[0205] RSV infects adults as well as infants and children. In healthy adults, RSV causes predominantly upper respiratory tract disease. It has recently become evident that some adults, especially the elderly, have symptomatic RSV infections more frequently than had been previously reported. Evans, A. S., ed., 1989, Viral Infections of Humans. Epidemiology and Control, 3rd ed., Plenum Medical Book, New York, pp. 525-544). Several epidemics also have been reported among nursing home patients and institutionalized young adults. Falsey A R (1991) Infect Control Hosp Epidemiol 12:602-8; Garvie D G et al. (1980) Br Med J 281:1253-4. Finally, RSV may cause serious disease in immunosuppressed persons, particularly bone marrow transplant recipients. Hertz M I et al. (1989) Medicine 68:269-81.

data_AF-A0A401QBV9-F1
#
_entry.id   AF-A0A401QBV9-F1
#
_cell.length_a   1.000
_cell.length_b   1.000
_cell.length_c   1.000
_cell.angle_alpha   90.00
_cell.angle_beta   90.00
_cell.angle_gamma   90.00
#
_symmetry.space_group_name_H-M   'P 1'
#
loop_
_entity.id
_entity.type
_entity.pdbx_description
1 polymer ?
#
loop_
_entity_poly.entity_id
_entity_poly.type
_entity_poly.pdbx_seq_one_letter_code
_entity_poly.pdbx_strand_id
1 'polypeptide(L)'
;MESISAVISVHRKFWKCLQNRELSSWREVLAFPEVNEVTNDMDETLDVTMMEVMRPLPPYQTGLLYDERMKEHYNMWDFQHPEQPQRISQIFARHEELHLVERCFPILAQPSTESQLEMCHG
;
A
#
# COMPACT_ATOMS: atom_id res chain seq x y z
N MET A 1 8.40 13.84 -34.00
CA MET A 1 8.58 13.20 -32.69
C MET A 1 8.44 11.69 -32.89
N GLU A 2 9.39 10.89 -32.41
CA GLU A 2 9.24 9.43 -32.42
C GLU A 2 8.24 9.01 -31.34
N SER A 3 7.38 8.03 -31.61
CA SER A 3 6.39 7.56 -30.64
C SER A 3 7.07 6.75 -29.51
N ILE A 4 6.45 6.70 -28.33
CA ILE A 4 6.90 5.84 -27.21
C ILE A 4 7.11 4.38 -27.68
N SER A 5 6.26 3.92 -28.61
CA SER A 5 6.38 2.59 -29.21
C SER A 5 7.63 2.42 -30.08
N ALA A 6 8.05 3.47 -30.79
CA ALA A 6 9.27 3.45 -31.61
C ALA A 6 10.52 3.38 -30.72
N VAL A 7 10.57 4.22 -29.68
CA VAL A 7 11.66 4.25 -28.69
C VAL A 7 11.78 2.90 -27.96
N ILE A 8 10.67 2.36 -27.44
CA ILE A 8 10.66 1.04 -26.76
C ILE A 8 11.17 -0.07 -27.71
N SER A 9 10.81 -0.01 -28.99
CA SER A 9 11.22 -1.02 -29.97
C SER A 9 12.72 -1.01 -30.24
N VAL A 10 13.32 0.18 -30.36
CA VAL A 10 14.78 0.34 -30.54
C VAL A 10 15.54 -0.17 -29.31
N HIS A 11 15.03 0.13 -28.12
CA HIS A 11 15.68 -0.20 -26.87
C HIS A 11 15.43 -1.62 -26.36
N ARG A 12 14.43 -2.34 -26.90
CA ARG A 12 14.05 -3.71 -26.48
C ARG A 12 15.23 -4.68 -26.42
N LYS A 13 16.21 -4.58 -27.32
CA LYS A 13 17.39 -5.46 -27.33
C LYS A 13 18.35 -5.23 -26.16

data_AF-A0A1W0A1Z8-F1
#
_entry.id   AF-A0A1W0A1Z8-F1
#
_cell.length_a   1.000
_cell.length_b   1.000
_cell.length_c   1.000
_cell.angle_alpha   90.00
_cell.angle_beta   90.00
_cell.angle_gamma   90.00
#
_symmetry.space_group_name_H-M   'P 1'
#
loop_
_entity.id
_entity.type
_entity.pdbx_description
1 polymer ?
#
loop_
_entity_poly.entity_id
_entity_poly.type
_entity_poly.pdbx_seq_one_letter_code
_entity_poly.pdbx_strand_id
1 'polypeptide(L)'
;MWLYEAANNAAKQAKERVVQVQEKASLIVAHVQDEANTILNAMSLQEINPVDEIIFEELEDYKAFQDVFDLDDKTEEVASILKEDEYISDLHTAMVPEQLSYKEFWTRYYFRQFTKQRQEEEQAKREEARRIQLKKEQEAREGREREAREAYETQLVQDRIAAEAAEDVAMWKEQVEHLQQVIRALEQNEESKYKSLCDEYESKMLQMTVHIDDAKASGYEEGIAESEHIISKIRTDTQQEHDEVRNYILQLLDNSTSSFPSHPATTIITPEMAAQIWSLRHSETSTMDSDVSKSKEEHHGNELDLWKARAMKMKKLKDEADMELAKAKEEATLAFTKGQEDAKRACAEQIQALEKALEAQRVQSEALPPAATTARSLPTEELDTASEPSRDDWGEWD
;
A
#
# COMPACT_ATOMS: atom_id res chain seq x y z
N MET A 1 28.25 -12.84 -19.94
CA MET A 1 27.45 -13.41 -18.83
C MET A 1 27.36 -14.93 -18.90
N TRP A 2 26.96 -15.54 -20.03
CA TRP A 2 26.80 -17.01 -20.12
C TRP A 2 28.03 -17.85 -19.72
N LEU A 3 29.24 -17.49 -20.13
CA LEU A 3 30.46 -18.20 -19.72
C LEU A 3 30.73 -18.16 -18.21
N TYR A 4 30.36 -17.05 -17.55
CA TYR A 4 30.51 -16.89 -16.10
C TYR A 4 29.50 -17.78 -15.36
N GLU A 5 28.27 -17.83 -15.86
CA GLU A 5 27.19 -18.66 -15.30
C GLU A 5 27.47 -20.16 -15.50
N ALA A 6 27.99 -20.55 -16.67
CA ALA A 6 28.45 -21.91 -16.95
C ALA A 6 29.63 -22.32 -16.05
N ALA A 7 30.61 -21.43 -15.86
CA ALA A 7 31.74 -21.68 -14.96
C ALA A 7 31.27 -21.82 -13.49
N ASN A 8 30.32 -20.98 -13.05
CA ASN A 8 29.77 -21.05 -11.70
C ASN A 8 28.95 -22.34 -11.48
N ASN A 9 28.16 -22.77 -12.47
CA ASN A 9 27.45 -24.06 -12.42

[0206] Treatment options for established RSV disease are limited. Severe RSV disease of the lower respiratory tract often requires considerable supportive care, including administration of humidified oxygen and respiratory assistance. Fields et al., eds, 1990, Fields Virology, 2d ed., Vol. 1, Raven Press, New York, pp. 1045-72. The only drug approved for treatment of infection is the antiviral agent ribavirin. American Academy of Pediatrics Committee on Infectious Diseases (1993) Pediatrics 92:501-4. It has been shown to be effective in the treatment of RSV pneumonia and bronchiolitis, modifying the course of severe RSV disease in immunocompetent children. Smith D W et al. (1991) New Engl J Med 325:24-9. However, ribavirin has had limited use because it requires prolonged aerosol administration and because of concerns about its potential risk to pregnant women who may be exposed to the drug during its administration in hospital settings.